• For instance, if someone gives you a gift, you might send them a quick “TY!”
  • In a comment section on social media, you could say “TY for the kind words!”
  • If someone helps you out, you might say “TY, I really appreciate your assistance!”

19. LMK

This abbreviation is used to request that someone provides information or updates on a specific matter.

  • For example, if you’re making plans with a friend and need to confirm a time, you might say “LMK when you’re available.”
  • In a work setting, you could ask a colleague to “LMK if there are any updates on the project.”
  • If someone offers to help you with something, you might reply with “LMK if you need any assistance!”

20. GTG

This abbreviation is used to indicate that someone needs to leave or end a conversation or activity.

  • For instance, if you’re in a chat and need to leave, you might say “GTG, talk to you later!”
  • In a text message conversation, you could say “I’m running late, GTG soon.”
  • If someone asks if you’re available to hang out, you might respond with “Sorry, GTG, maybe next time!”

21. BFF

This acronym is used to refer to a close friend or group of friends who are considered to be like family. It signifies a strong and lasting friendship.

  • For example, “She’s my BFF. We’ve been friends since kindergarten.”
  • When sharing a photo with a friend, one might caption it, “Out with my BFF for a fun night out.”
  • In a conversation about friendship, someone might say, “I’m grateful to have a BFF who always has my back.”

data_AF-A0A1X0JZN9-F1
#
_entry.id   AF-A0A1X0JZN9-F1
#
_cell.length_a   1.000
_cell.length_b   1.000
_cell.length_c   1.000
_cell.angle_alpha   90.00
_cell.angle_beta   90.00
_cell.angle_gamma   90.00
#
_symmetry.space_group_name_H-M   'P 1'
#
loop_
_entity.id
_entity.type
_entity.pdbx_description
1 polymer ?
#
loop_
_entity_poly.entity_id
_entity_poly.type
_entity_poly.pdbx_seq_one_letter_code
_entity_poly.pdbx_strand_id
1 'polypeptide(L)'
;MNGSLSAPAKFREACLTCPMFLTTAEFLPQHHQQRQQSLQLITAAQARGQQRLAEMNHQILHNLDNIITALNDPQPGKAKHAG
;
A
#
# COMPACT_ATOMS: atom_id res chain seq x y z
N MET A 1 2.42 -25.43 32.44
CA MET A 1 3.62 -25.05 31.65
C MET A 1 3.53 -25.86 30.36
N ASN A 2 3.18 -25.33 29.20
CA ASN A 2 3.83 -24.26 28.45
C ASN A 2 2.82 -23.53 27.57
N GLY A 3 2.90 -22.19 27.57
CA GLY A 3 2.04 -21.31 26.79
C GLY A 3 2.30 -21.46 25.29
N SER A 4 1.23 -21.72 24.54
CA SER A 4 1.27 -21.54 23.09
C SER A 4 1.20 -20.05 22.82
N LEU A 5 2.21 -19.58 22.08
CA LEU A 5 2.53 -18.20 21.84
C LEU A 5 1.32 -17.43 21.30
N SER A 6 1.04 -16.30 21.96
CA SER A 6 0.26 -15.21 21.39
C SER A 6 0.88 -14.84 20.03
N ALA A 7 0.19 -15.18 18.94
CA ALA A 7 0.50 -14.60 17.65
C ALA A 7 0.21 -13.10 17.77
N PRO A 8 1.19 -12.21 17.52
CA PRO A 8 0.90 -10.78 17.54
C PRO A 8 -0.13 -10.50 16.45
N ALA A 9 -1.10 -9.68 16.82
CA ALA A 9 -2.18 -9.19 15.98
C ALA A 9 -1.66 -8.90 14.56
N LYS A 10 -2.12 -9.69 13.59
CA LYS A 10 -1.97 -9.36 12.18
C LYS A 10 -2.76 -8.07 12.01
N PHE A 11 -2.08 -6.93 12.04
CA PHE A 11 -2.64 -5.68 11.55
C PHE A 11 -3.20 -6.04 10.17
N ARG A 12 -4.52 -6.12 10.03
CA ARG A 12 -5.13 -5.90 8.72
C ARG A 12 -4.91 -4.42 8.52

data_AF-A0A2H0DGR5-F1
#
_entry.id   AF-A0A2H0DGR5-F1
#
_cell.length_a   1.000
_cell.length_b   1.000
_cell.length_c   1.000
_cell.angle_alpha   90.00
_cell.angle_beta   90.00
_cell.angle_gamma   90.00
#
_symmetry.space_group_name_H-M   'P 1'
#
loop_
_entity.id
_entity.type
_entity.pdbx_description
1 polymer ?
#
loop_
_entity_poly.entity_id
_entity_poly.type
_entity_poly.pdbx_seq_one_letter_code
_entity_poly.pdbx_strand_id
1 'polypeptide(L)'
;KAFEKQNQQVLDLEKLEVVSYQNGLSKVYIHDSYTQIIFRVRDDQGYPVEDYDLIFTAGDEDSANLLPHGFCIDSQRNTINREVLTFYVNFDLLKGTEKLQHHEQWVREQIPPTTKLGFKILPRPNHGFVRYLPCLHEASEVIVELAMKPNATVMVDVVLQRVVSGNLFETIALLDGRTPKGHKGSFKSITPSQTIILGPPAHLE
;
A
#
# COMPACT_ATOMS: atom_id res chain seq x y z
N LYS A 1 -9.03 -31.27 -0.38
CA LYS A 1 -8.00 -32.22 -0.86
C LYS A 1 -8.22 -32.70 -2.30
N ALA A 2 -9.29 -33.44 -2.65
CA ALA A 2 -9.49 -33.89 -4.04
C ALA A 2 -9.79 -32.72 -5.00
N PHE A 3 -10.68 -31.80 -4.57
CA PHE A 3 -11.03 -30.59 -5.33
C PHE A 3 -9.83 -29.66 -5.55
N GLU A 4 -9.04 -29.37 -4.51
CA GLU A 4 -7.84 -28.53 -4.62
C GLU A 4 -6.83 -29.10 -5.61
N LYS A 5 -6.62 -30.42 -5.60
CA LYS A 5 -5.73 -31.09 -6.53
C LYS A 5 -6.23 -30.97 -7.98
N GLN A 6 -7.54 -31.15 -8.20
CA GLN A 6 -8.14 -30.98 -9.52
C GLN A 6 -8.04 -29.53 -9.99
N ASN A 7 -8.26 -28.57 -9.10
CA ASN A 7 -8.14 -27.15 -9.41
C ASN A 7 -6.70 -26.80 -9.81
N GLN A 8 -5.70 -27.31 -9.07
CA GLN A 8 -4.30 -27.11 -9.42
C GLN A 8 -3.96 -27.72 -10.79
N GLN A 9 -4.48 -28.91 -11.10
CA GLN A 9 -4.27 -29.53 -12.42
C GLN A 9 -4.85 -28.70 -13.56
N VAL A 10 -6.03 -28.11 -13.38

22. IDK

This acronym is used to express uncertainty or lack of knowledge about something. It is commonly used in casual conversations or text messages.

  • For instance, when asked a question, one might respond, “IDK, I’ll have to look it up.”
  • In a group chat, someone might ask, “IDK where we should go for dinner, any suggestions?”
  • When discussing a difficult problem, a person might admit, “IDK how to solve this issue, we need more information.”

23. NVM

This acronym is used to indicate that something previously mentioned or asked about should be disregarded or ignored. It is often used to retract a statement or dismiss a topic.

  • For example, if someone asks for directions and realizes they made a mistake, they might say, “NVM, I figured it out.”
  • In a text conversation, someone might respond with “NVM” to indicate that they no longer need the information they previously asked for.
  • If someone brings up an embarrassing moment from the past, a person might say, “NVM, let’s not talk about that.”

24. WBU

This acronym is used to ask someone about their opinion or experience after sharing one’s own. It is commonly used in online discussions or text conversations.

  • For instance, if someone says, “I love going to the beach. WBU?” they are asking the other person if they also enjoy going to the beach.
  • In a group chat, someone might say, “I had a great weekend. Went hiking and tried a new restaurant. WBU?”
  • When discussing preferences, a person might ask, “I prefer cats over dogs. WBU?”

25. HBU

This acronym is similar to “WBU” and is used to ask someone about their opinion or experience after sharing one’s own. It is commonly used in online discussions or text conversations.

  • For example, if someone says, “I had a great time at the concert. HBU?” they are asking the other person about their experience at the concert.
  • In a group chat, someone might say, “I just finished watching a new movie. It was amazing. HBU?”.
  • When discussing favorite hobbies, a person might ask, “I enjoy painting. HBU?”.

26. WYD

This is an abbreviation for “What You Doing” and is often used in casual conversations to ask someone what they are currently doing or their plans.

  • For example, a friend might text, “Hey, wyd tonight?”
  • Another might reply, “Just watching Netflix, wyd?”
  • In a group chat, someone might ask, “wyd this weekend?” to make plans with the others.
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27. HMU